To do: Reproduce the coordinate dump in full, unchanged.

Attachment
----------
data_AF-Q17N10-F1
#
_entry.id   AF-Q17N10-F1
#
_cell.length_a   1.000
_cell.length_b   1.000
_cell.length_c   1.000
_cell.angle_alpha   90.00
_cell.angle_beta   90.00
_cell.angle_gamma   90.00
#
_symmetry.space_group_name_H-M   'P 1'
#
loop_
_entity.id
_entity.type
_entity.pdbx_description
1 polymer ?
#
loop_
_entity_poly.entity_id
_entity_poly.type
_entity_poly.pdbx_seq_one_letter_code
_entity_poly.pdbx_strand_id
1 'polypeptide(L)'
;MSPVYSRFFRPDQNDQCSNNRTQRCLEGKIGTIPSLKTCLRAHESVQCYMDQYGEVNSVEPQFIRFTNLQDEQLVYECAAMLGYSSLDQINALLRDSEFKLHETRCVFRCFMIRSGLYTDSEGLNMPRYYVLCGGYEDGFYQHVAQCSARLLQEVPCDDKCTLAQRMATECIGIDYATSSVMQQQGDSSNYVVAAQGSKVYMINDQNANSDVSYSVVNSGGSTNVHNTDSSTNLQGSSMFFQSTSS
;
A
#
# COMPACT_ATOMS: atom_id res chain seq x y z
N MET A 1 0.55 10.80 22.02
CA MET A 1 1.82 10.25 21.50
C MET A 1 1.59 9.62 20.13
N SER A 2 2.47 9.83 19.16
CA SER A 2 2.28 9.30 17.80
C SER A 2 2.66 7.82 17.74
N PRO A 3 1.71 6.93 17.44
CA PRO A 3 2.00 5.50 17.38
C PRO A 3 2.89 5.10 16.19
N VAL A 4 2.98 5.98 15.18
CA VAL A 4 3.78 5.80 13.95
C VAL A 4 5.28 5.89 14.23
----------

data_AF-Q17N10-F1
#
_entry.id   AF-Q17N10-F1
#
_cell.length_a   1.000
_cell.length_b   1.000
_cell.length_c   1.000
_cell.angle_alpha   90.00
_cell.angle_beta   90.00
_cell.angle_gamma   90.00
#
_symmetry.space_group_name_H-M   'P 1'
#
loop_
_entity.id
_entity.type
_entity.pdbx_description
1 polymer ?
#
loop_
_entity_poly.entity_id
_entity_poly.type
_entity_poly.pdbx_seq_one_letter_code
_entity_poly.pdbx_strand_id
1 'polypeptide(L)'
;MSPVYSRFFRPDQNDQCSNNRTQRCLEGKIGTIPSLKTCLRAHESVQCYMDQYGEVNSVEPQFIRFTNLQDEQLVYECAAMLGYSSLDQINALLRDSEFKLHETRCVFRCFMIRSGLYTDSEGLNMPRYYVLCGGYEDGFYQHVAQCSARLLQEVPCDDKCTLAQRMATECIGIDYATSSVMQQQGDSSNYVVAAQGSKVYMINDQNANSDVSYSVVNSGGSTNVHNTDSSTNLQGSSMFFQSTSS
;
A
#
# COMPACT_ATOMS: atom_id res chain seq x y z
N MET A 1 0.55 10.80 22.02
CA MET A 1 1.82 10.25 21.50
C MET A 1 1.59 9.62 20.13
N SER A 2 2.47 9.83 19.16
CA SER A 2 2.28 9.30 17.80
C SER A 2 2.66 7.82 17.74
N PRO A 3 1.71 6.93 17.44
CA PRO A 3 2.00 5.50 17.38
C PRO A 3 2.89 5.10 16.19
N VAL A 4 2.98 5.98 15.18
CA VAL A 4 3.78 5.80 13.95
C VAL A 4 5.28 5.89 14.23